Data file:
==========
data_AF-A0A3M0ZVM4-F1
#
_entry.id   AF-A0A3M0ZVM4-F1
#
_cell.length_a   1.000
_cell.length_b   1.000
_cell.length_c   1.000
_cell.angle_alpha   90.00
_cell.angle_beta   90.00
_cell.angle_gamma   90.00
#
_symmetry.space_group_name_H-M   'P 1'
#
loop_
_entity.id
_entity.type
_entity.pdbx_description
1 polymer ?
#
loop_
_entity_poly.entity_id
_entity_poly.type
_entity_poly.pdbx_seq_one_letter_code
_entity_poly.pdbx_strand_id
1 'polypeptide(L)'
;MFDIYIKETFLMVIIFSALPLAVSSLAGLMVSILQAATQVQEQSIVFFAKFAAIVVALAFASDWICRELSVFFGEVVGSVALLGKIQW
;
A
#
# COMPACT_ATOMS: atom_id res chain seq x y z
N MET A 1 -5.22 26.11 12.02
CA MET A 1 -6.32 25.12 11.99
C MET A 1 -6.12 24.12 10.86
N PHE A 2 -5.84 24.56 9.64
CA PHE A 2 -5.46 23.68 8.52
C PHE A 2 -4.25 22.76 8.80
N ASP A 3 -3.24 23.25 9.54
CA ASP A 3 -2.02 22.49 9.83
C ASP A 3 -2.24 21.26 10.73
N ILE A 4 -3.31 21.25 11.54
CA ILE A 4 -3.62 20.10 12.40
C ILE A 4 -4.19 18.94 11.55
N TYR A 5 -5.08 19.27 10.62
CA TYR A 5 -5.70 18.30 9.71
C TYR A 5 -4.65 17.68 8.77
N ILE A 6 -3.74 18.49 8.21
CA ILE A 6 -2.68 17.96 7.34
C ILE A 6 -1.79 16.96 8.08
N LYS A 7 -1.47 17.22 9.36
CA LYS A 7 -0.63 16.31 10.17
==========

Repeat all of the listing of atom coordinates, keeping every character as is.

data_AF-A0A3M0ZVM4-F1
#
_entry.id   AF-A0A3M0ZVM4-F1
#
_cell.length_a   1.000
_cell.length_b   1.000
_cell.length_c   1.000
_cell.angle_alpha   90.00
_cell.angle_beta   90.00
_cell.angle_gamma   90.00
#
_symmetry.space_group_name_H-M   'P 1'
#
loop_
_entity.id
_entity.type
_entity.pdbx_description
1 polymer ?
#
loop_
_entity_poly.entity_id
_entity_poly.type
_entity_poly.pdbx_seq_one_letter_code
_entity_poly.pdbx_strand_id
1 'polypeptide(L)'
;MFDIYIKETFLMVIIFSALPLAVSSLAGLMVSILQAATQVQEQSIVFFAKFAAIVVALAFASDWICRELSVFFGEVVGSVALLGKIQW
;
A
#
# COMPACT_ATOMS: atom_id res chain seq x y z
N MET A 1 -5.22 26.11 12.02
CA MET A 1 -6.32 25.12 11.99
C MET A 1 -6.12 24.12 10.86
N PHE A 2 -5.84 24.56 9.64
CA PHE A 2 -5.46 23.68 8.52
C PHE A 2 -4.25 22.76 8.80
N ASP A 3 -3.24 23.25 9.54
CA ASP A 3 -2.02 22.49 9.83
C ASP A 3 -2.24 21.26 10.73
N ILE A 4 -3.31 21.25 11.54
CA ILE A 4 -3.62 20.10 12.40
C ILE A 4 -4.19 18.94 11.55
N TYR A 5 -5.08 19.27 10.62
CA TYR A 5 -5.70 18.30 9.71
C TYR A 5 -4.65 17.68 8.77
N ILE A 6 -3.74 18.49 8.21
CA ILE A 6 -2.68 17.96 7.34
C ILE A 6 -1.79 16.96 8.08
N LYS A 7 -1.47 17.22 9.36
CA LYS A 7 -0.63 16.31 10.17